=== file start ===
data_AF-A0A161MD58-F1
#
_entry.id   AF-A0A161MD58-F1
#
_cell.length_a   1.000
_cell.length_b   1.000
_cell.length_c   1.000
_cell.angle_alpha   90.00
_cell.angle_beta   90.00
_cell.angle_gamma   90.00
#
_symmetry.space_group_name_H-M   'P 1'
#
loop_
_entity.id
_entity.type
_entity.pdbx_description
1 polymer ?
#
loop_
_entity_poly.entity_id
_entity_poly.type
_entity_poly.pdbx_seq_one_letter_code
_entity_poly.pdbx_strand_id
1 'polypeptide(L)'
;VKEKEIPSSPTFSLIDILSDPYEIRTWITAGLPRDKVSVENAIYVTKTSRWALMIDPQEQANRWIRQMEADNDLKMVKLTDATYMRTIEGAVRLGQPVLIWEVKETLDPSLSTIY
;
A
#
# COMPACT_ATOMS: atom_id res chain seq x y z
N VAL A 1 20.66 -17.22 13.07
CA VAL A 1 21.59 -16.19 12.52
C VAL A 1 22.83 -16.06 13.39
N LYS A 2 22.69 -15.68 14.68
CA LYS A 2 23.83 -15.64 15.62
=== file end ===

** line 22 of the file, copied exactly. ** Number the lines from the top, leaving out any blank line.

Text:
_entity_poly.type